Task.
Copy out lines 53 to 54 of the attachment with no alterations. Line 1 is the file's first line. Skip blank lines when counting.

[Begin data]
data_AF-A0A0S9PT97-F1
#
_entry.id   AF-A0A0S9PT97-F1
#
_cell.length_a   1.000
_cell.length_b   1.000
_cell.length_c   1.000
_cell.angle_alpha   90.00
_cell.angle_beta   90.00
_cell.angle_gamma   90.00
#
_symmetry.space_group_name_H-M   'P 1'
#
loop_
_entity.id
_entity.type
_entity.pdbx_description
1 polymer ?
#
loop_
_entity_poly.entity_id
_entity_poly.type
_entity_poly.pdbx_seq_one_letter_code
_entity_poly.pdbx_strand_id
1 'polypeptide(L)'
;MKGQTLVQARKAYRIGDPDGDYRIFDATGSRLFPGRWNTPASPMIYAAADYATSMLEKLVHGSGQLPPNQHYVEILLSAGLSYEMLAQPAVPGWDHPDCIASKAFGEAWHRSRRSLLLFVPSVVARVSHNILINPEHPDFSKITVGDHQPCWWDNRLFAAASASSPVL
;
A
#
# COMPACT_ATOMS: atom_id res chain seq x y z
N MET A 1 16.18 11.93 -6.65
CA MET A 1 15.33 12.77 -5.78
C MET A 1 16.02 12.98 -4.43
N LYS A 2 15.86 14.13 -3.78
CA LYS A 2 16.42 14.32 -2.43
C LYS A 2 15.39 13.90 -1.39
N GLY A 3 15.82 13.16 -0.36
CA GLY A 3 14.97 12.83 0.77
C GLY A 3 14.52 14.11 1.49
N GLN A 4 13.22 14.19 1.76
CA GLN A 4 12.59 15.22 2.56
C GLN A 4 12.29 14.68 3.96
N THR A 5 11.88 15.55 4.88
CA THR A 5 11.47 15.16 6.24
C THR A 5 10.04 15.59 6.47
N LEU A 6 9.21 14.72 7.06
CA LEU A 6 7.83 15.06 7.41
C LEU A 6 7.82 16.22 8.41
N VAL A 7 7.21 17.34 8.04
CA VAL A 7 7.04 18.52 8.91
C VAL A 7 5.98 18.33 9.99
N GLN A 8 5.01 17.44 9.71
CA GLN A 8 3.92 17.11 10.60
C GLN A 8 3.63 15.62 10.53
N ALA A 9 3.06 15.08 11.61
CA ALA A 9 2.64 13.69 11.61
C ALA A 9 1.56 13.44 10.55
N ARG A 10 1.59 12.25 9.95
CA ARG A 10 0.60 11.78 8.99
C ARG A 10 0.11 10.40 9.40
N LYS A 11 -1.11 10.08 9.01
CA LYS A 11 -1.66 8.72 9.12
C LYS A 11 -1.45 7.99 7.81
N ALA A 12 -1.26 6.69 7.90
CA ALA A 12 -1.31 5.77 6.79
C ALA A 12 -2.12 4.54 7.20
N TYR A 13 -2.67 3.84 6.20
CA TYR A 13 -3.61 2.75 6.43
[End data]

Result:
CA GLN A 8 3.92 17.11 10.60
C GLN A 8 3.63 15.62 10.53